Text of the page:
It was a wonderful evening, but little did I know, my time on the Isle of Lewis was about to get even more amazing. I can honestly say that the following day, where I just drove around the island spending time with God, was one of the most profound experiences of my life – a day I will never forget. I travelled to the church where the revival had broken out. As I sat on my own listening to a worship CD from Tommy’s church, the presence of God filled my car. I experienced what felt like waves of electricity flowing though me. I don’t think I have ever felt so loved by the Father, so aware of my sinfulness and failings but at the same time so overwhelmed by His grace and mercy. At the point when I thought it couldn’t get any more amazing, I received a text from my

Phil Hulks speaking at Summer Madness in Ireland 6

Our prayer has been that God will pour out his Spirit once again on the British Isles, and that the flames of revival being carried by the youth of our nation will impact our communities next year with the transforming power of the Gospel. For more information about the 2013 year of prayer and our plans for next year’s 2014 year of transformation go to www.thefatherslove.co.uk See also the back page.

My trip to the Outer Hebrides was the last part of a three week prayer tour to Wales, Ireland and Scotland. Other highlights included a powerful night of prayer with young people at Victory Church, Cwmbran, Wales, and taking part in the first day of a 16 day prayer walk along the borders of Northern and Southern Ireland.

Phil Hulks Cluster Development Director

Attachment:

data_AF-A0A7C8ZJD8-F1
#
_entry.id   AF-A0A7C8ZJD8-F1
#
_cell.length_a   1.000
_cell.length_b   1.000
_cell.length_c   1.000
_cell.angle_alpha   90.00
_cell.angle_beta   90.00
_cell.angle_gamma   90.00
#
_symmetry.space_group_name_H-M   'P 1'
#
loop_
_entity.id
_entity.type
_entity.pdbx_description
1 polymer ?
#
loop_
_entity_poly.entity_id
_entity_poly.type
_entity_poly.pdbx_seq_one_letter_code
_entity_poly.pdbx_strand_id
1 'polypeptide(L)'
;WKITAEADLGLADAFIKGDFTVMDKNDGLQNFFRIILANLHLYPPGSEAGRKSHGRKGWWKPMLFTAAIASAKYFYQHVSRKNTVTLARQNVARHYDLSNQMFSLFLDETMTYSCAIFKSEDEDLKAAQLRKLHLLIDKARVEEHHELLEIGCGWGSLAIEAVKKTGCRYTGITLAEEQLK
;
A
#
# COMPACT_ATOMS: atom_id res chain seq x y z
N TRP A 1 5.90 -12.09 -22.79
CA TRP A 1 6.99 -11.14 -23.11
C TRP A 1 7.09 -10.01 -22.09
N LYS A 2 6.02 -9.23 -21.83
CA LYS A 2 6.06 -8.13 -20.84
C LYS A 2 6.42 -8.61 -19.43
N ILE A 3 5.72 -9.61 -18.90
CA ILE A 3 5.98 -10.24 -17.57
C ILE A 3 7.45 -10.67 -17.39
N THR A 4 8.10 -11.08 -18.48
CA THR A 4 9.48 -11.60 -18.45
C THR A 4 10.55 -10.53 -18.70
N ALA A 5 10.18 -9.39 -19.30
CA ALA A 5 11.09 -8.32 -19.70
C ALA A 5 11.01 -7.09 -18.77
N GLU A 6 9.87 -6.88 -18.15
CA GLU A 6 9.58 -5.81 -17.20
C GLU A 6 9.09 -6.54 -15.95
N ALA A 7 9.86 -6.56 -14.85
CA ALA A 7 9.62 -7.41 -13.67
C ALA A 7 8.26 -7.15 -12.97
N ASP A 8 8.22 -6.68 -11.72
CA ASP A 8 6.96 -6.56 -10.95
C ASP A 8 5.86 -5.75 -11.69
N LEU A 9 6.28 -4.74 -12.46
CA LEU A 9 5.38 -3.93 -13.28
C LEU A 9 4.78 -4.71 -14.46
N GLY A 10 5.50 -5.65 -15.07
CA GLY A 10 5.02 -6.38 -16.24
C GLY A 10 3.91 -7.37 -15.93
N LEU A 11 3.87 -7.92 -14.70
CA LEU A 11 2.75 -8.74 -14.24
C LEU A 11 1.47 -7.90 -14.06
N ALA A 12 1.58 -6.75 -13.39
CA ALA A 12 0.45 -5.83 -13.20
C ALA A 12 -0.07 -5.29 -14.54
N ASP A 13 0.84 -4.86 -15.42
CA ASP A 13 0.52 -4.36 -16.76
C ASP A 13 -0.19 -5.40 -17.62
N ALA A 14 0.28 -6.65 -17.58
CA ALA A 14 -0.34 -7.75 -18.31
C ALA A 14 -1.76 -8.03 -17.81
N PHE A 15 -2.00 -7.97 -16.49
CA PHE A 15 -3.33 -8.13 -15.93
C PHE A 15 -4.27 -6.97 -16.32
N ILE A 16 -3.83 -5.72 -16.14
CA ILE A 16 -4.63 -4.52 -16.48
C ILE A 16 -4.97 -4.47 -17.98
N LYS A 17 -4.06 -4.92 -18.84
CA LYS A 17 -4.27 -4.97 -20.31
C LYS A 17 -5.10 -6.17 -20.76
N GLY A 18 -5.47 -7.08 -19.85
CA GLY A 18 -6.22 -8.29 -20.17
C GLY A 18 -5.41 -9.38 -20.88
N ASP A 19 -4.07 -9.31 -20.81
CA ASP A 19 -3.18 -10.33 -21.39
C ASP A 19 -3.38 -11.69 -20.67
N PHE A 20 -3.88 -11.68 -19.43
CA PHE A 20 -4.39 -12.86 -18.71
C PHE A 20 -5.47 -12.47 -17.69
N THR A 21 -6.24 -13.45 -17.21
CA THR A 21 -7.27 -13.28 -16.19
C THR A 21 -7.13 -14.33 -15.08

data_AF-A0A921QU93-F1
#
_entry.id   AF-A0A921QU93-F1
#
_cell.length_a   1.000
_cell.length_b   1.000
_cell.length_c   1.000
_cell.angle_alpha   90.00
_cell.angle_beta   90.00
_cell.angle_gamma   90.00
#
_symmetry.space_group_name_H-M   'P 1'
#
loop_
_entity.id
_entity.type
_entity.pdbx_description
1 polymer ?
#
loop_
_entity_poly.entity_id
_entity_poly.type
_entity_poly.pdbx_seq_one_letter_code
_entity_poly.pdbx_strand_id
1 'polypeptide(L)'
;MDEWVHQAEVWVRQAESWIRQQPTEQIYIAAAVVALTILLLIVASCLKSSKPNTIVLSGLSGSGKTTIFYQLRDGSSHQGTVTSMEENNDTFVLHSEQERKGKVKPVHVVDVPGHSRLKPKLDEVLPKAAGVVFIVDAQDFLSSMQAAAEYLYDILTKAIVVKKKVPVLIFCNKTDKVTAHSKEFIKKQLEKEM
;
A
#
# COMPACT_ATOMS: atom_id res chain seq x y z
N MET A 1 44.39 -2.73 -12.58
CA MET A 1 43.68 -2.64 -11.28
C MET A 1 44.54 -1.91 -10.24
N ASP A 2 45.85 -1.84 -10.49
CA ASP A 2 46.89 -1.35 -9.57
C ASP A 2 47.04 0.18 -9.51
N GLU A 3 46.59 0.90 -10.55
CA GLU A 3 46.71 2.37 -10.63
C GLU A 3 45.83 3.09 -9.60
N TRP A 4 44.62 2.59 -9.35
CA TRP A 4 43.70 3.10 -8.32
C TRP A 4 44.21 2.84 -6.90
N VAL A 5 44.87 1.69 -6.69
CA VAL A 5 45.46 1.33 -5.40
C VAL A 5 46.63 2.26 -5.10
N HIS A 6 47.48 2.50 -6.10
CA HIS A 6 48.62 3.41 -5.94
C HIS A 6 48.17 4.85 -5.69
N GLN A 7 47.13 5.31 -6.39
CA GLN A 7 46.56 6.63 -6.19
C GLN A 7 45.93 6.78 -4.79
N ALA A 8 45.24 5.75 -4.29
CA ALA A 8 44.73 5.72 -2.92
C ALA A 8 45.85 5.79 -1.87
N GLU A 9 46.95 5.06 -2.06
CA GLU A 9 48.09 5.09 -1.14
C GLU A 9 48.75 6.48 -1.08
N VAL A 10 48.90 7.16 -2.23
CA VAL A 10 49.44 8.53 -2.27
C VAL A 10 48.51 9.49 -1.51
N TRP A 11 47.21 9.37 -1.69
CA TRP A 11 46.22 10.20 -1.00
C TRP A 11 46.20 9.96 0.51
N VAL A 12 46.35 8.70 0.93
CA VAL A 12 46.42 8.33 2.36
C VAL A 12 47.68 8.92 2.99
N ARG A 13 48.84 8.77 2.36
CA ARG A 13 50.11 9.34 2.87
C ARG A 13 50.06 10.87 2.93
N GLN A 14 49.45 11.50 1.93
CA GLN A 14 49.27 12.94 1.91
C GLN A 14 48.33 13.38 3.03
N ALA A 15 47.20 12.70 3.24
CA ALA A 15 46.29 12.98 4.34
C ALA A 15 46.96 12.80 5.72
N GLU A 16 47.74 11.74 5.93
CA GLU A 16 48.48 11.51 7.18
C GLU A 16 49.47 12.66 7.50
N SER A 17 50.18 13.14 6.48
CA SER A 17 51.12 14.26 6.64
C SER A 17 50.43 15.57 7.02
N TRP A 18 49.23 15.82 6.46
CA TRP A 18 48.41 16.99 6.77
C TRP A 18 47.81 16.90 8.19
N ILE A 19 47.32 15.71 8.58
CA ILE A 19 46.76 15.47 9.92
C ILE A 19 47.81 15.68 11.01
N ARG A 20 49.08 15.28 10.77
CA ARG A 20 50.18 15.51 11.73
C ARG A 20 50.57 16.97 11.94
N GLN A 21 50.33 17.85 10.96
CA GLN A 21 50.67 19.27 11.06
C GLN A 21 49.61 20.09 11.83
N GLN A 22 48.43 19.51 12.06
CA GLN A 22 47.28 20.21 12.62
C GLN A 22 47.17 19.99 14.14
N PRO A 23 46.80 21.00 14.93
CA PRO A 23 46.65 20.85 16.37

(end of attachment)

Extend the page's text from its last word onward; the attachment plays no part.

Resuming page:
Phil Hulks with young people on the Isle of Harris

As good as this year has been, the 2013 year of prayer has been all about preparing for 2014 - a year of transformation.

Ireland border prayer walk

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The Westbrook Centre technology and media, a place, a physical place, is required for them to come into real contact with other young people, Christian adults, the great history of our organisation but most importantly the Lord, and that is what the Westbrook Centre does and it is why people talk about it.

Being new to the Isle of Wight and The Crusaders’ Union generally, I am constantly struck by how much people love the Westbrook Centre - it’s quite astounding really. They stop me in the street when I’m wearing my I.D. to ask me how we’re getting on, or in church, “I was hoping that I’d run into you, tell me, what are you up to at Westbrook?” Members of our faithful Diamond Club ring me constantly for our latest news and progress, and when I think about it, it’s not hard to tell why… For me at least there is a real sense of thinness here, a sense that heaven and earth are a little closer together here than in other places, a connectedness with the Almighty that is almost tangible, something rooted in time and place. It is perhaps unsurprising then the number of children who meet Christ here. Just a few weeks ago, a girl of 13 told me of how the place had affected her and how it had changed the way she thought about the world for the better. It seems to me that, as young people more and more live lives in the ether of

I’ve seen the process before… Previous to working at Westbrook, I lived on the Holy Island of Lindisfarne in Northumberland running a small ecumenical retreat centre there. Holy Island is another thin place of great history and beauty, and if you’ve not been before, I highly recommend a visit. So very many folk would ring in to us to book a room and say, “I’m really looking to come and be quiet” or perhaps, “I’m really thinking about taking the whole visit in silence would that be okay?” Of course I’d say yes, that we’d be happy to accommodate them in silence, knowing full well that by the end of their stay, they would be nattering away at dinner, talking to the staff at coffee time and waxing lyrical to their fellow guests long 8